God = paradox?

We usually think of God as an all seeing all knowing powerful being that can do anything and everything. So if this version of God know all and sees all, would it not be stuck to follow an already know future. It could never escape from what it already knew the future to be because it would already know the out come. Since it would be stuck following a predetermined future would it in turn not be in it self a never ending paradox, or is my logic just flawed? Also note, this is not what I believe, this is just a theory I have.

God can easily be argued out of any paradox by virtue of Her inexplicability. The paradox you propose assumes the nature of God is subject to human understanding, but according to scripture this is not the case. She is (rather conveniently) defined as beyond human logic, which means your logical paradox is meaningless. Sorry about that.

Considering that the God you presume I am talking about is the correct God. You also forget that to realize that those scriptures you are quoting are in fact written by humans, so if my logic is useless would not your scriptures also be useless?

Well, they’re not my scriptures, actually, but they tell me they’re divinely inspired and therefore infallible. It’s just the human interpretation that tends to cause the odd slight difficulty…

The term beyond human logic is a catch all for a lack of reasoning, in that we simply claim that reason is invalid when talking about God. If he is beyond all human logic then anything he does will never be fully understood and the ignostic position gains credibility. Can’t define God, don’t then talk about him in philosophical terms. Define God and you are a heretic. That is a catch-22, but it’s not a paradox, it’s just lazy. I’d read Job, it says basically that only God knows enough to judge himself.

God the ultimate trickster can get out of any problem he is after all infinitely clever. Divine revelation is the only means a Christian has to understand God, and that is controlled by dogma not reason.

Yes, I partly agree with your opinion of this, and suspect theologians often use the Inexplicability Trump Card to avoid having to deal more intellectually honestly with the great number of irrational, illogical and unreasonable claims of religion. On the other hand, if God does indeed exist as described by scripture and theology, then Her inexplicability isn’t just a theological cop out- it’s the truth. You pays your money…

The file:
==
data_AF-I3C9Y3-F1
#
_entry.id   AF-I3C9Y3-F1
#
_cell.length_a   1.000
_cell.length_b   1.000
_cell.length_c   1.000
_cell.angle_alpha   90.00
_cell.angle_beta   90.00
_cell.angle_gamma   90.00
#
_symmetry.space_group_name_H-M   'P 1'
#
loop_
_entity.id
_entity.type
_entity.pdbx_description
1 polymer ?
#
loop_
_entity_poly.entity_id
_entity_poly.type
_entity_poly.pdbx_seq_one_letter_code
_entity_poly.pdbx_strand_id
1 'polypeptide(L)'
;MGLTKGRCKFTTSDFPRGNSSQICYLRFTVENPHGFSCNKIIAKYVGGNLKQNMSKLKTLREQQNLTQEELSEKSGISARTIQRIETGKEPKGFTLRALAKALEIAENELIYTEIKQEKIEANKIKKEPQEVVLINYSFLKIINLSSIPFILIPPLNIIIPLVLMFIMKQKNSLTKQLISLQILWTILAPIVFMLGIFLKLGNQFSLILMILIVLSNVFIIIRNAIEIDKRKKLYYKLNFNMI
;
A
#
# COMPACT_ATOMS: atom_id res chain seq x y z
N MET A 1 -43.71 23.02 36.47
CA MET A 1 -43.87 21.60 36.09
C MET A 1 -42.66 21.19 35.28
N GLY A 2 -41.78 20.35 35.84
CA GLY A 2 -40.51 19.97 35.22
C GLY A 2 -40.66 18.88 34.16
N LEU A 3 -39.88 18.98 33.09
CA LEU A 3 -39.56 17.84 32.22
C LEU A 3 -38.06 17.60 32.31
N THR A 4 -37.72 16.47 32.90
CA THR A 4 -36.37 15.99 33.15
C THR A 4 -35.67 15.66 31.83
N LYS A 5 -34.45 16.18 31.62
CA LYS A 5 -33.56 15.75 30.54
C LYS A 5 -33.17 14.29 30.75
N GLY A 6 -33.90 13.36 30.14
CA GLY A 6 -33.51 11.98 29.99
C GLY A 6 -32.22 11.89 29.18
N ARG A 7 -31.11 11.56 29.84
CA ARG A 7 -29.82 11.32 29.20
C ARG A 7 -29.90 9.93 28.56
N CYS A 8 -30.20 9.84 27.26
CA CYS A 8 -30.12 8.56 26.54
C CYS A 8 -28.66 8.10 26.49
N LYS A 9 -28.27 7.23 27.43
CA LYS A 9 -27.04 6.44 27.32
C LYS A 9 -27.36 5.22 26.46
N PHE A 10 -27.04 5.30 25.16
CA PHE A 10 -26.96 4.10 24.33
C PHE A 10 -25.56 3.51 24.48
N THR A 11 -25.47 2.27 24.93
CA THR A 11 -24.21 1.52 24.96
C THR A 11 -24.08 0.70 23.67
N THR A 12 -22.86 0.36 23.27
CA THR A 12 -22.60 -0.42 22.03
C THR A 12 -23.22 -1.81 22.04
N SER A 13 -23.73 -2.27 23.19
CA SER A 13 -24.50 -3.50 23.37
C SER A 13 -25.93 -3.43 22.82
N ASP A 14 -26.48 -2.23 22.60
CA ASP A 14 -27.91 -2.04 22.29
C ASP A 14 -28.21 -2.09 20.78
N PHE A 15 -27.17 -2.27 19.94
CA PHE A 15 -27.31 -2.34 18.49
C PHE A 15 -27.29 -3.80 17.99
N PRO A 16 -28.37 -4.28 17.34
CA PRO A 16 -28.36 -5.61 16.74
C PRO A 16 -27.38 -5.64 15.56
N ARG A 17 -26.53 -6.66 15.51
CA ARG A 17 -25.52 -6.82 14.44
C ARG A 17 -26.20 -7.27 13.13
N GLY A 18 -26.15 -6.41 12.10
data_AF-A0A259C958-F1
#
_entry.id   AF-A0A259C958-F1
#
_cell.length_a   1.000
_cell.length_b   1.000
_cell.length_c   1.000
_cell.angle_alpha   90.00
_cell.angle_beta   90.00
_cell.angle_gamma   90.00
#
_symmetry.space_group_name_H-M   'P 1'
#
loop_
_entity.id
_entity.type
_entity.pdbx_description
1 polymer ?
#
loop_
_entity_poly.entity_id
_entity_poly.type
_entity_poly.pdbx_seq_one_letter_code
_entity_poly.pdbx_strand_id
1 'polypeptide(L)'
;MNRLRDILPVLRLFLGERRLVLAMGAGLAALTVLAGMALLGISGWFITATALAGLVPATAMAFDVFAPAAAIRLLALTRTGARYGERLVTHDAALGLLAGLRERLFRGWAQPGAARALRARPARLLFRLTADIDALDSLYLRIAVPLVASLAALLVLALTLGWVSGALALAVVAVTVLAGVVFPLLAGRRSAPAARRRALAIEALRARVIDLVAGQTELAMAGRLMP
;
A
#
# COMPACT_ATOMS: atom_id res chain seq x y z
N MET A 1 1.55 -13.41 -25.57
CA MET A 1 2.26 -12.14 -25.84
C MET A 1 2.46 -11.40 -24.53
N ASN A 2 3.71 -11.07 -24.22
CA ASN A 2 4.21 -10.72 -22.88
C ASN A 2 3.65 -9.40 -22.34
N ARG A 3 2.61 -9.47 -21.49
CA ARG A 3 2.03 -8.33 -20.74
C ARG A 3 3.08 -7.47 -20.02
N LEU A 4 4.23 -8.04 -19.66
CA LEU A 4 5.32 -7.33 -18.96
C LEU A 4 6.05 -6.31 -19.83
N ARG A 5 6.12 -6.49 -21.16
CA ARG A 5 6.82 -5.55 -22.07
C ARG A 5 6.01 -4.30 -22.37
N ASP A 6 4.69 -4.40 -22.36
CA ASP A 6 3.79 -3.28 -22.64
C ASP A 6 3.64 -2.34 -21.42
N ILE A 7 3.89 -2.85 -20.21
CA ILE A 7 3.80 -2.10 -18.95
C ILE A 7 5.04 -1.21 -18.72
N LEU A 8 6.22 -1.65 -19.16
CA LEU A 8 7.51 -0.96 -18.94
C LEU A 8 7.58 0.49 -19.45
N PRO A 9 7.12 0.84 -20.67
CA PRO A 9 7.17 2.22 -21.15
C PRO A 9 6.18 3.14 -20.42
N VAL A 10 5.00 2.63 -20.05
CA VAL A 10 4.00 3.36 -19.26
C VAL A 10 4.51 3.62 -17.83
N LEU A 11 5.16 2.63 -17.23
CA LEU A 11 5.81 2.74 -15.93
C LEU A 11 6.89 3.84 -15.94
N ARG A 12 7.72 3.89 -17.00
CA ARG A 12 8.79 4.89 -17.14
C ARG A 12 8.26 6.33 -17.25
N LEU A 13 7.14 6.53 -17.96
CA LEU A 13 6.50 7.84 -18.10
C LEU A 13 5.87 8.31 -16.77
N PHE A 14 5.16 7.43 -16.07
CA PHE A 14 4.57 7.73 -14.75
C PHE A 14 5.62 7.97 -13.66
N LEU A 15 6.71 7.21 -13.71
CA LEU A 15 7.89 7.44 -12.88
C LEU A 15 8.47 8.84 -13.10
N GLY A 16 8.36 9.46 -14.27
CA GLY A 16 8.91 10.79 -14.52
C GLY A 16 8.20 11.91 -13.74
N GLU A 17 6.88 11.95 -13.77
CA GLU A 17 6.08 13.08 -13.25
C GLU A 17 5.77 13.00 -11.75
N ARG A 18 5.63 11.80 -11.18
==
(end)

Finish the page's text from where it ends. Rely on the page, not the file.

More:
On a general note, I strongly disagree with your suggestion that, since we cannot define God in comprehensible ways, we shouldn’t even bother to philosophise about Her. Contemplating the nature of God is a constantly absorbing recreation- from whichever side of the belief fence you happen to be sitting (or even if you’re on it)- despite, perhaps, being ultimately futile. Philosophers have been fascinated by the question for thousands of years so far, and don’t look like losing interest any time soon, despite it possibly failing to qualify as a proper paradox.

So the God of the bible is pretty much a tool to keep everyone in fear and under control. The more people try to glorify it, the weaker it begins to sound. First off if it knows all, why would it choose to create imperfect creations? That just doesn’t make any sense on any level. The polytheism of the ancient citizens of this planet make more sense and seem to be more valid that than the God in the bible, which is actually comprised of three parts. So which part is it that we cant understand? I can understand Jesus because he was a human. I don’t really know much about the holy ghost, and the Father just seems like he’s pissed off all the time for his own mistakes(being the creation of humans and the devil).

The Chaldean (?sp) council resolved trinity issues and lead eventually to the first schism of the church into Eastern orthodox and Catholicism.

Not amazingly pertinent but true nonetheless. Fact is Christianity can’t really deal with that, and are attacked by Jews for going against OT doctrine and claiming the Messiah has to be more than a prophet he must be part of God who is of course singular and indivisible. The Islamics are nonplussed by it as well.

They say it is like wine and water, they are separate but mixed. Where as some say they are discreet, it’s a matter of church opinion.

Yes, the imperfections in everything does seem to hi-light a flaw in the concept of orthodox religions.